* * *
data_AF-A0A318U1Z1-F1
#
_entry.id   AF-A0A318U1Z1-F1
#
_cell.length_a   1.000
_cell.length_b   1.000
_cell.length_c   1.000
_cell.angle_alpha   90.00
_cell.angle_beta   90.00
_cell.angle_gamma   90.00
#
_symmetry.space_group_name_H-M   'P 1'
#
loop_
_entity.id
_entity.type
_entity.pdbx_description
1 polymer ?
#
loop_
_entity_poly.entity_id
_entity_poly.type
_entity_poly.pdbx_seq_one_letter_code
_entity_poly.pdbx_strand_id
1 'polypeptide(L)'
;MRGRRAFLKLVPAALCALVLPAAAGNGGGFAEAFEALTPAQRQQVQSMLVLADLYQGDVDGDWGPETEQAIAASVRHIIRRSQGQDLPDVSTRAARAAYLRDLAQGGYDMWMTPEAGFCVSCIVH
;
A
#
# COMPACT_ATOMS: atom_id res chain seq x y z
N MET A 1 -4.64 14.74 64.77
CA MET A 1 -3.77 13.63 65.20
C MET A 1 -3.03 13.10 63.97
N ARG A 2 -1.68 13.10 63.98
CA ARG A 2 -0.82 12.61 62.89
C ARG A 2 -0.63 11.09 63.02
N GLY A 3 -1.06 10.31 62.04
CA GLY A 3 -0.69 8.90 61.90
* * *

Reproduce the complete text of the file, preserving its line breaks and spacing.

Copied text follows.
data_AF-A0A318U1Z1-F1
#
_entry.id   AF-A0A318U1Z1-F1
#
_cell.length_a   1.000
_cell.length_b   1.000
_cell.length_c   1.000
_cell.angle_alpha   90.00
_cell.angle_beta   90.00
_cell.angle_gamma   90.00
#
_symmetry.space_group_name_H-M   'P 1'
#
loop_
_entity.id
_entity.type
_entity.pdbx_description
1 polymer ?
#
loop_
_entity_poly.entity_id
_entity_poly.type
_entity_poly.pdbx_seq_one_letter_code
_entity_poly.pdbx_strand_id
1 'polypeptide(L)'
;MRGRRAFLKLVPAALCALVLPAAAGNGGGFAEAFEALTPAQRQQVQSMLVLADLYQGDVDGDWGPETEQAIAASVRHIIRRSQGQDLPDVSTRAARAAYLRDLAQGGYDMWMTPEAGFCVSCIVH
;
A
#
# COMPACT_ATOMS: atom_id res chain seq x y z
N MET A 1 -4.64 14.74 64.77
CA MET A 1 -3.77 13.63 65.20
C MET A 1 -3.03 13.10 63.97
N ARG A 2 -1.68 13.10 63.98
CA ARG A 2 -0.82 12.61 62.89
C ARG A 2 -0.63 11.09 63.02
N GLY A 3 -1.06 10.31 62.04
CA GLY A 3 -0.69 8.90 61.90